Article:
Ecuadorians Vote to Stop Petroecuador’s Oil Drilling in Yasuni National Park
Yasuni National Park in the Amazon rainforest of Ecuador, one of the most biodiverse areas of the planet, is home to the Huaorani, Tagaeri and Taromenane Indigenous peoples. It has been exploited for oil by companies like Shell and Petroecuador for over 50 years. In September 2023, after 10 years of activism, the people of Ecuador voted to halt oil drilling forever.
“Finally, we are going to kick oil companies out of our territory! This is a major victory for all Indigenous peoples, for the animals, the plants, the spirits of the forest and our climate!” – Nemonte Nenquimo, Indigenous Waorani leader
Oil extraction first began in Ecuador’s Amazon in 1972. Drilling concessions were granted to oil companies such as Shell and Texaco (now Chevron). In 2010 Ecuador began the process of nationalization of the petroleum industry and handed oil concessions to state-owned Petroecuador. Today Petroecuador extracts 57,000 of oil barrels a day from the Yasuni National Park.
Yasuni ITT Initiative
In 2007, president Rafael Correa launched the “Yasuni ITT” initiative seeking to keep over a billion barrels of oil in the ground in the Ishpingo, Tiputini and Tambococha (ITT) oil fields of Yasuni National Park, if the international community was willing to pay US$3.6 billion. Unfortunately, six years later, with just $336 million pledged, the plan was shelved.
In 2013, YASunidos – a group of youth activists in Ecuador – together with the Confederation of Indigenous Nationalities of Ecuador (CONAIE) and other organizations started collecting signatures for a national referendum to keep oil in the ground in Yasuni. They gathered 757,623 signatures in the span of 5 months, more than the 580,000 required by law.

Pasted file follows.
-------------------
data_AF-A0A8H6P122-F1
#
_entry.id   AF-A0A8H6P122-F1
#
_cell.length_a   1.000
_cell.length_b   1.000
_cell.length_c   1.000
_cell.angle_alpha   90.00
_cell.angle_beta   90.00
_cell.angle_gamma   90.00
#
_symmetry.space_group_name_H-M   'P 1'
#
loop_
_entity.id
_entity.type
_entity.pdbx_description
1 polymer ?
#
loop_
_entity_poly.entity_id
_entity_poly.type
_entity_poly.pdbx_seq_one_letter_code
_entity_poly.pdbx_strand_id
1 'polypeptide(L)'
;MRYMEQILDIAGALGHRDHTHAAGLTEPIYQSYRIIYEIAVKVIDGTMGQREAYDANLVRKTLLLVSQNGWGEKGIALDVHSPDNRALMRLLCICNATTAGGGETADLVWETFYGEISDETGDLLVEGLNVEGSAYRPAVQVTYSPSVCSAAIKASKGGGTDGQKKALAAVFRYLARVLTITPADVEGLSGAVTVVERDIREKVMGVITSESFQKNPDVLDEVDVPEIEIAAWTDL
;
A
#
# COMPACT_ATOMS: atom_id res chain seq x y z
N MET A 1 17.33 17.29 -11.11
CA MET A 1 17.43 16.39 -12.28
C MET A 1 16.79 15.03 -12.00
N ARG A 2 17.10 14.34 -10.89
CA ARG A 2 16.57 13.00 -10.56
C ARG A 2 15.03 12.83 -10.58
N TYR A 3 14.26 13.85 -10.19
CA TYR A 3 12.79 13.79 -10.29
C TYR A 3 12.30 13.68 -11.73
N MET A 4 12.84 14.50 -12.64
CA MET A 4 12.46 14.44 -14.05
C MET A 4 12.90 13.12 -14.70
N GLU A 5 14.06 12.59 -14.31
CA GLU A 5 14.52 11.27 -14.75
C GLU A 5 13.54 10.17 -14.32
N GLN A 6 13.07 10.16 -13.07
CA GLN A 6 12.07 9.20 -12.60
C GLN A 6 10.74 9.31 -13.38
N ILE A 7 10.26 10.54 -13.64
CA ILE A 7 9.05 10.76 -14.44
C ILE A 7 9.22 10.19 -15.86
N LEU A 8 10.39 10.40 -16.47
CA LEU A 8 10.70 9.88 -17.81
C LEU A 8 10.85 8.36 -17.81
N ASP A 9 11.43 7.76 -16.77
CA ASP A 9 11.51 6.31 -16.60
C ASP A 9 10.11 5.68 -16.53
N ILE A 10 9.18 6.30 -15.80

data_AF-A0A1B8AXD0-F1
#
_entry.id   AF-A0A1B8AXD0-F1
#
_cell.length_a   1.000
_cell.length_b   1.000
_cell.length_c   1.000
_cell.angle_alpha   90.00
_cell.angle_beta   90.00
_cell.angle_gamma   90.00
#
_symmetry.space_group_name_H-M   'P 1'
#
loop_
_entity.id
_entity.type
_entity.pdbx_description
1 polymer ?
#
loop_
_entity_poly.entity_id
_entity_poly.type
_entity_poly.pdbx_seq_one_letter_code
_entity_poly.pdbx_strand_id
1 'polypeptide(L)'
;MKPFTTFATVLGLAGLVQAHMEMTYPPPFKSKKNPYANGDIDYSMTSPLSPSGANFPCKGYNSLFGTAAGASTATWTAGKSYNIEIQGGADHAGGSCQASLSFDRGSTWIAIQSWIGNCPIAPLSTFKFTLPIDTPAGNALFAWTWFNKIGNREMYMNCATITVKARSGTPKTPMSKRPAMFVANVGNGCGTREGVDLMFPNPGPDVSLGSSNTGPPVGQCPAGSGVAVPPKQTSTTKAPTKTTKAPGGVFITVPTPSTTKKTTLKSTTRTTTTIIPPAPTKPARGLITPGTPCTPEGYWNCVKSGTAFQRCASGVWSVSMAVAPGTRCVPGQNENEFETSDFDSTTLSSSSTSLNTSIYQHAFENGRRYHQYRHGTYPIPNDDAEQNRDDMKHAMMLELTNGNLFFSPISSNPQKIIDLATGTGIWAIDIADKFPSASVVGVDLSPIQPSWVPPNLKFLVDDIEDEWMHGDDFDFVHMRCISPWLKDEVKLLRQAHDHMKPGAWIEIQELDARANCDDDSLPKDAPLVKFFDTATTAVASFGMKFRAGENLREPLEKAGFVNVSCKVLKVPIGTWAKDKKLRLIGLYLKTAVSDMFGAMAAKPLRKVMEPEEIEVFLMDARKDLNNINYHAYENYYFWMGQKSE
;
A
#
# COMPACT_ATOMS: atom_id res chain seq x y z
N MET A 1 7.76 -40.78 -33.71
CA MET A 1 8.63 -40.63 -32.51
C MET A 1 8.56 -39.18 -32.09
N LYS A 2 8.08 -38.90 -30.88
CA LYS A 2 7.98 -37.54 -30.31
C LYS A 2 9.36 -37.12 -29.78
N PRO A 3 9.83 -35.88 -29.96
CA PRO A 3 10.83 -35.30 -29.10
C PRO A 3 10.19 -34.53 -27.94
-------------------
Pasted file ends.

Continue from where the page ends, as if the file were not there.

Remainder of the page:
Unfortunately, the National Electoral Council arbitrarily annulled over 60 percent of the signatures gathered. After a decade of court battles by YASunidos, the Constitutional Court of Ecuador ruled that the Ecuadorian state violated the rights of participation of its citizens, on May 10, 2023, allowing the referendum to go ahead.
“There should never have been oil exploitation in Yasuní. Oil exploitation in Yasuní should always have been prohibited, not only because the people there live in isolation but because it’s a protected area.” – Pedro Bermeo, YASunidos spokesperson
On August 20, 2023, Ecuador’s citizens went to the polls to vote on the initiative. Over 5.2 million people voted in favor (58 percent of those who voted), giving Petroecuador 12 months to stop operations in the ITT zone and banning the government from signing any new oil exploration contracts.
“Petroecuador will coordinate all pertinent actions, together with the other State institutions involved, to fully comply with the sovereign decision of the Ecuadorian people in Block 43 ITT.” – Petroecuador press release
This is #61 in our series of Instagram infographics on resistance against corporate power.
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📸 1/10 Nemonte Nenquimo at oil spill near Shushufindi, Ecuador. Photo: Sophie Pinchetti/Amazon Frontlines ©
2/10 Omanka Enquiri, Waorani traditional leader (“Pikenani”) speaks during a press conference outside the headquarters of the Ministry of Energy and Non-Renewable Resources in the city of Quito. Photo: Amazon Frontlines ©
4/10 Petroecuador petrol station on the Pan-American Highway, Ecuador. Photo: Bernard Gagnon
5/10 Jaime Vargas, President of national indigenous organization CONAIE, marches alongside Waorani women including Waorani leader and lead plaintiff Nemonte Nenquimo and Omanka Enquiri, Waorani traditional leader (“Pikenani”). Photo: Amazon Frontlines ©
6/10 Young Kichwa leaders join in the Waorani people’s mobilization in the city of Quito. Photo: Amazon Frontlines ©
7/10 The Waorani people spearhead a mass mobilization in the city of Quito to demand the government to respect the court’s decision and indigenous rights. Photo: Amazon Frontlines ©
9/10 Kofan leaders from the small community of Sinangoe, which won a landmark ruling against gold mining last year, join in the Waorani people’s mobilization. Photo: Amazon Frontlines ©